AFTER its aborted long march last week, the formerly ruling Pakistan Tehreek-i-Insaf (PTI) has decided to approach the Supreme Court to seek protection against any possible government action against it before announcing the date for another protest, and a petition in this regard is expected to be filed in the court in the next couple of days.

From the contents of the news conference addressed by PTI’s senior leader Fawad Chaudhry in Islamabad on Tuesday, it may be inferred that besides the long march issue, the party wants to place every matter before the Supreme Court — from the appointment of new members of the Election Commission of Pakistan to the election of Hamza Shehbaz as the Punjab chief minister.

The party leaders have already announced that they may challenge the recently-passed Elections (Amendment) Act 2022 and the National Accountability (Second Amendment) Act 2021 in the apex court.

Moving the SC, according to some political observers, may not only provide an opportunity to PTI chairman Imran Khan to delay the announcement of another long march, but would also allow the party leadership some time to put its house in order in the wake of reports of the supposed non-committal attitude of a number of party leaders and lawmakers during last week’s march.

Some PTI critics believe it is a face-saving move by Mr Khan after his failure to mobilise the masses on his narrative of a foreign conspiracy behind the ouster of his government, and some of them are even of the opinion that the PTI, in fact, wants to use the apex court as a launch pad for its future political strategy.

Addressing a gathering in Murree on Tuesday, PML-N vice president Maryam Nawaz also alleged that after getting a cold response from the establishment, Mr Khan was now banking on the SC for his future adventures. Alleging that the former prime minister was now looking for another Justice Saqib Nisar, she said Imran was begging the judiciary to make his protest successful.

While abruptly ending the ‘Haqeeqi Azadi March’ on May 26, Mr Khan had given a six-day deadline to the government to announce elections or he would launch another march on Islamabad. Later, speaking at news conferences in Peshawar, where he has been staying for nearly two weeks, Mr Khan first claimed he had to call off the protest as the party was not prepared and later said he did so to avoid possible bloodshed after finding out that some of the marchers were carrying arms.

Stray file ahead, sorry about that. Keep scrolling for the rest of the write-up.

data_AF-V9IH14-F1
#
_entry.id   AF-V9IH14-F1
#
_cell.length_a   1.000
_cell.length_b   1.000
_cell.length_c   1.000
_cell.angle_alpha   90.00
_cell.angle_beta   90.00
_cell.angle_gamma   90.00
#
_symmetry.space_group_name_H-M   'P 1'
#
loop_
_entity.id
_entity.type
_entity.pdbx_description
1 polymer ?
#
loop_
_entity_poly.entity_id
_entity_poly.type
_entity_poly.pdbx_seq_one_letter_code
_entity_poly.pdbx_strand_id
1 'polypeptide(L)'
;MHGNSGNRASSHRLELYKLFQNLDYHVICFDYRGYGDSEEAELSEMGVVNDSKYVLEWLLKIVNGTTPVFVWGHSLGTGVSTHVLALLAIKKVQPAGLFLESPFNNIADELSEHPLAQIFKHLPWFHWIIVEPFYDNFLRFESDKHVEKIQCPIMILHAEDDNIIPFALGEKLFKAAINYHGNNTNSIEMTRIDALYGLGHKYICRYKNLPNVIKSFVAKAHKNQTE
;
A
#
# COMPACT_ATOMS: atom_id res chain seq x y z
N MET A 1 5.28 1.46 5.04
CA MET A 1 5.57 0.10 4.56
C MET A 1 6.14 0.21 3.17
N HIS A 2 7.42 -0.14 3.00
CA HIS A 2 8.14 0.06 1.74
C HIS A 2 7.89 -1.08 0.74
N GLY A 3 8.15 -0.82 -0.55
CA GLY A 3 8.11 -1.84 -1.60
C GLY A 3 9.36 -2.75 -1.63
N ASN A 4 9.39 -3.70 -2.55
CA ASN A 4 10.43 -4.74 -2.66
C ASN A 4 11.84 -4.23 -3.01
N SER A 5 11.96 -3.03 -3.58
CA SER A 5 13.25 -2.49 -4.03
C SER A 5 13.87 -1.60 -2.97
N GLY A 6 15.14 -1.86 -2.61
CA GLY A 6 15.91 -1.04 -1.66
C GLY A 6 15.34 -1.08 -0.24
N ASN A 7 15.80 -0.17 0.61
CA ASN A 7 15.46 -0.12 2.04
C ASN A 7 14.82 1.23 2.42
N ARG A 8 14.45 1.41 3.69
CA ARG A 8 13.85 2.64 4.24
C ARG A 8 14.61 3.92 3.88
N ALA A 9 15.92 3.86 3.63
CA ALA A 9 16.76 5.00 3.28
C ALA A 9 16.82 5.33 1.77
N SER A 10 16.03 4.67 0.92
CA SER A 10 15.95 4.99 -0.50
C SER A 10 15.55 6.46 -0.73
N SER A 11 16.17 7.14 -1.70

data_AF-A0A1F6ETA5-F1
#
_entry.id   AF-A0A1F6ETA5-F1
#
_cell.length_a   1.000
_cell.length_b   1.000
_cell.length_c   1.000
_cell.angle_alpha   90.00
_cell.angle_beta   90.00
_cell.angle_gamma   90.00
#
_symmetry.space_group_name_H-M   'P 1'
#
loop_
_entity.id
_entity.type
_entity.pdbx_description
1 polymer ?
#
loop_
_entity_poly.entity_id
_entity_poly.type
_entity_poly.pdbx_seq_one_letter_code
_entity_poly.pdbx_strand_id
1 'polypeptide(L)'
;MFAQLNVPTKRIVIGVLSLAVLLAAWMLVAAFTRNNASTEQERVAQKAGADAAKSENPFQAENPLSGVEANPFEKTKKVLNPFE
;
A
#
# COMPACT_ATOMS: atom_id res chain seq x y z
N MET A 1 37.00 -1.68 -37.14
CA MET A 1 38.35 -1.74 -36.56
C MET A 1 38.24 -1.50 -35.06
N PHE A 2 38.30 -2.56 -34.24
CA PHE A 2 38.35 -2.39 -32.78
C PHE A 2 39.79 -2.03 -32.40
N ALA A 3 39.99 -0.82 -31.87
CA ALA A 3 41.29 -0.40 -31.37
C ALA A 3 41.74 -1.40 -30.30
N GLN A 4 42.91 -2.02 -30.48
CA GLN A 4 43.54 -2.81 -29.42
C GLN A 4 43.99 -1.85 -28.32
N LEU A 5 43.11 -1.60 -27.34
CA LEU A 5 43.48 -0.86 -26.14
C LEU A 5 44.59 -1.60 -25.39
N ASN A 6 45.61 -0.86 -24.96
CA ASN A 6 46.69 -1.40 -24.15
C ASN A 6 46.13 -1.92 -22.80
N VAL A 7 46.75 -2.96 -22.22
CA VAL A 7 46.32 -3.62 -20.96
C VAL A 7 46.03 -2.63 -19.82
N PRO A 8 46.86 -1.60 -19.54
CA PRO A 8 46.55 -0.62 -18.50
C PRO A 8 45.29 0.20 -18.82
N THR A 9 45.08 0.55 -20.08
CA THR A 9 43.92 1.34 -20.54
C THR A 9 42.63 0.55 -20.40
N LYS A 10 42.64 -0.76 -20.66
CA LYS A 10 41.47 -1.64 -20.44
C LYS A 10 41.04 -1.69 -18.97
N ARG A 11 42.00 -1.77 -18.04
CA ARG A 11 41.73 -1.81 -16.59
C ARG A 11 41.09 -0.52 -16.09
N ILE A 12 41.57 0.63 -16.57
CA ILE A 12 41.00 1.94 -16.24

Mr Khan’s revelation has provided an opportunity to the ruling coalition leaders, under Prime Minister Shehbaz Sharif, to justify their decision to use force to stop the Azadi March and their accusations that the PTI chief wanted civil war in the country.

While Mr Khan’s statement was still under scrutiny by politicians and journalists, Khyber Pakhtun­khwa Chief Minister Mahmood Khan added fuel to fire — while addressing a lawyers convention in Peshawar he said that when his party chief would give a call for another march, he would use KP’s “force”.

These remarks of the PTI leadership remained the topic of discussion in a meeting of the federal cabinet, presided over by PM Sharif before departing for Turkey on a three-day official visit.

After the meeting, Interior Minister Rana Sanaullah categorically declared that the government will not allow the PTI to hold another long march, come what may.

“I am warning the PTI against the announcement of another long march. I want to make it clear, let them come and I’ll see how they cross barriers this time,” tweeted the minister.

There are reports that the Punjab government has already decided to put in place unprecedented security measures — more stringent than those made during the May 25 march — if the party decides to hold another protest rally. It has been decided to “double the layer” of heavy freight shipping containers filled with sand and concrete to block the roads leading to Islamabad. Besides, police have been asked to submit its demands for the required containers and other tools, including electric welding and razor wires. As per reports, this time, any loopholes or mistakes committed during last week’s long march will not be repeated while adopting security measures.

During his press conference, Fawad Chaudhry came up with a strange defence of Mr Khan’s statement regarding the armed participants, when he said the PTI chief was, in fact, referring to the “armed personal security guards” of the VVIP dignitaries, including the KP chief minister, AJK prime minister and the GB chief minister, participating in the march.

The former information minister also evaded a question regarding reports that the party leadership was angry over some KP ministers who slipped from the rally and preferred to stay at the luxurious KP House in Islamabad at a time when the party workers were facing alleged police brutalities in the capital’s Red Zone.

Meanwhile, all eyes will again be on the SC, as the PTI is expecting some relief, whereas the government is hopeful that the court will not give a free hand to the PTI this time following the events that took place on May 25 and the recent statements of Mr Khan and the KP chief minister.

Published in Dawn, June 1st, 2022

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